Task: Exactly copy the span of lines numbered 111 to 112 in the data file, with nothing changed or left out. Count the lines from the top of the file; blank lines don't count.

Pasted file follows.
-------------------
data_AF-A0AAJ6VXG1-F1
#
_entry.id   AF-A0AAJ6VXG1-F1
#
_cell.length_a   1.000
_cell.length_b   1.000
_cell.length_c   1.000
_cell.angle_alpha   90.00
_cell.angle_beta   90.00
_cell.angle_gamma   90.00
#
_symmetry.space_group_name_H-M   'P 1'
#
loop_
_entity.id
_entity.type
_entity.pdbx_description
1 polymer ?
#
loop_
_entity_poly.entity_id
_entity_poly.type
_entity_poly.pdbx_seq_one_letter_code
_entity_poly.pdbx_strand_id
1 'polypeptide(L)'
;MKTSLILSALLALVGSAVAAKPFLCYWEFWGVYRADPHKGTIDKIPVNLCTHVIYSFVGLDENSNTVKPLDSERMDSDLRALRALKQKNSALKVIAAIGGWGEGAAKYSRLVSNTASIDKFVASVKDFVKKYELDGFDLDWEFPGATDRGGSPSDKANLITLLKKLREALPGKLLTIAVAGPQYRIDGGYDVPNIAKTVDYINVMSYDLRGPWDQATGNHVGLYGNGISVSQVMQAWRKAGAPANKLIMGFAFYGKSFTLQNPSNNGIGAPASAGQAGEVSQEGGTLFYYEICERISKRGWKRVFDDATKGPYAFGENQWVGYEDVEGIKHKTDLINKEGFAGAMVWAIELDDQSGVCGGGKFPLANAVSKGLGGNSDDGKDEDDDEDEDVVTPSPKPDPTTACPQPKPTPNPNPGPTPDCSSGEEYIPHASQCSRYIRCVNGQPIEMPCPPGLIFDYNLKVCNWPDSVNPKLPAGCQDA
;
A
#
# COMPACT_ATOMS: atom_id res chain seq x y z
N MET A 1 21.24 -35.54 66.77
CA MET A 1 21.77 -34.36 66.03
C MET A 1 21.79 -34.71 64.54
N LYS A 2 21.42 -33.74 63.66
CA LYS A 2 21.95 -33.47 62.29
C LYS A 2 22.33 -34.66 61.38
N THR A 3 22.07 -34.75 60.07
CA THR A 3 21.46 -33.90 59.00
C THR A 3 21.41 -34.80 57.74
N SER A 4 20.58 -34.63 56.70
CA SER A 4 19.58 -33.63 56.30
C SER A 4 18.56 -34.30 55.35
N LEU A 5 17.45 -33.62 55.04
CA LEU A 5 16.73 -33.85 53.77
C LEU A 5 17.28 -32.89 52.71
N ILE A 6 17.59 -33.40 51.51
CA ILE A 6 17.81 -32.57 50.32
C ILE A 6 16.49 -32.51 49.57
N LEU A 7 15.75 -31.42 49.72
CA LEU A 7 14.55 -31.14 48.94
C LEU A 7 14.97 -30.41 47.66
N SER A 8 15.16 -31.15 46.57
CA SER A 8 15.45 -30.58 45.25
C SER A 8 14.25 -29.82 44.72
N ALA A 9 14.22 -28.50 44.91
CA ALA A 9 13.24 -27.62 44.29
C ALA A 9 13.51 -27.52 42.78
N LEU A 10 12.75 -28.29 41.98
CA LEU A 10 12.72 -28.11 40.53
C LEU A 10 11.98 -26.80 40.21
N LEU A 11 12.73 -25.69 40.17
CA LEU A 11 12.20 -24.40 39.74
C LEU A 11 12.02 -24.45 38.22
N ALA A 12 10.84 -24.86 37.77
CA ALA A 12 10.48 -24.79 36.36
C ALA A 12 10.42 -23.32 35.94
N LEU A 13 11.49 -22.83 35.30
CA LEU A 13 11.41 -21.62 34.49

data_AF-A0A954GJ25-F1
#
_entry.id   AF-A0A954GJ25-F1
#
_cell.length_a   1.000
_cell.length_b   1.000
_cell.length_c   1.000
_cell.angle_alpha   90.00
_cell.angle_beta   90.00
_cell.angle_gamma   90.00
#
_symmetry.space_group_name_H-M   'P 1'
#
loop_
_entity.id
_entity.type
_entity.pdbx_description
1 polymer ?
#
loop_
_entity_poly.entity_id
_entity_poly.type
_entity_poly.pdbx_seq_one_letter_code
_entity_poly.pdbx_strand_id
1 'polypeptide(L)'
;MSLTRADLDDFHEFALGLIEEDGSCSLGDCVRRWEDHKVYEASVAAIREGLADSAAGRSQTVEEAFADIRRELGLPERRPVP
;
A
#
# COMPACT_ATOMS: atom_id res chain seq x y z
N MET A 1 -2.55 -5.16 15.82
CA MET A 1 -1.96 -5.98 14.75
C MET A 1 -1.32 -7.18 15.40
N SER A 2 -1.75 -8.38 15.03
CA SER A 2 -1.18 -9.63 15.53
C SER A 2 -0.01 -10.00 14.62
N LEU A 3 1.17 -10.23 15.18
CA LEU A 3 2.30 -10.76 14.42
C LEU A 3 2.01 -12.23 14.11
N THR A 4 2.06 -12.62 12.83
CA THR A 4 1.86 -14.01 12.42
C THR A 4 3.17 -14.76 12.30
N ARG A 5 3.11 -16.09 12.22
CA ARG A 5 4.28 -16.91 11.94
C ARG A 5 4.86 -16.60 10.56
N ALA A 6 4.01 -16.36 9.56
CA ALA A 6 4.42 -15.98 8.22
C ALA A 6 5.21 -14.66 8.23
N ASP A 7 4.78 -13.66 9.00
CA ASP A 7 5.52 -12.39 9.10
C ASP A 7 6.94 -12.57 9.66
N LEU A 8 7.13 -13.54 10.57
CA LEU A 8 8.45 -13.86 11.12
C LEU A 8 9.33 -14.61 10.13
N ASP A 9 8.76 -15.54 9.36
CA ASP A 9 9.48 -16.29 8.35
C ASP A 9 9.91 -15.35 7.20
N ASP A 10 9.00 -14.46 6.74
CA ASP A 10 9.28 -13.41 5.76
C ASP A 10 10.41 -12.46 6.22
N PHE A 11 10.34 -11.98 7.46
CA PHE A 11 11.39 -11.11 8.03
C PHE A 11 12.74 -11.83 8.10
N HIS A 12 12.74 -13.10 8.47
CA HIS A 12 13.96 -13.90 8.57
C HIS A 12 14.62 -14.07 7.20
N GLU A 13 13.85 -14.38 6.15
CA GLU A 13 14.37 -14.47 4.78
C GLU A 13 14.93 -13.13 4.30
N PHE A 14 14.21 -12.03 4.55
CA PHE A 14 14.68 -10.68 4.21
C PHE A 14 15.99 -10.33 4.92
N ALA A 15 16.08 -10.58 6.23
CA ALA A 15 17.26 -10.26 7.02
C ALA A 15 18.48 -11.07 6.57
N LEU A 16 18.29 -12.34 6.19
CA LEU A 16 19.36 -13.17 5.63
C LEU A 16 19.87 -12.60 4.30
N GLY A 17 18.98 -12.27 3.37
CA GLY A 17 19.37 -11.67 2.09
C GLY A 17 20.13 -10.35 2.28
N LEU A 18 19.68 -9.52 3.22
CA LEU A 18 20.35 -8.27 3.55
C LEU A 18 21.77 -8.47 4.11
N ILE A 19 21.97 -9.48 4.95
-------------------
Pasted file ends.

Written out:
N ARG A 5 3.11 -16.09 12.22
CA ARG A 5 4.28 -16.91 11.94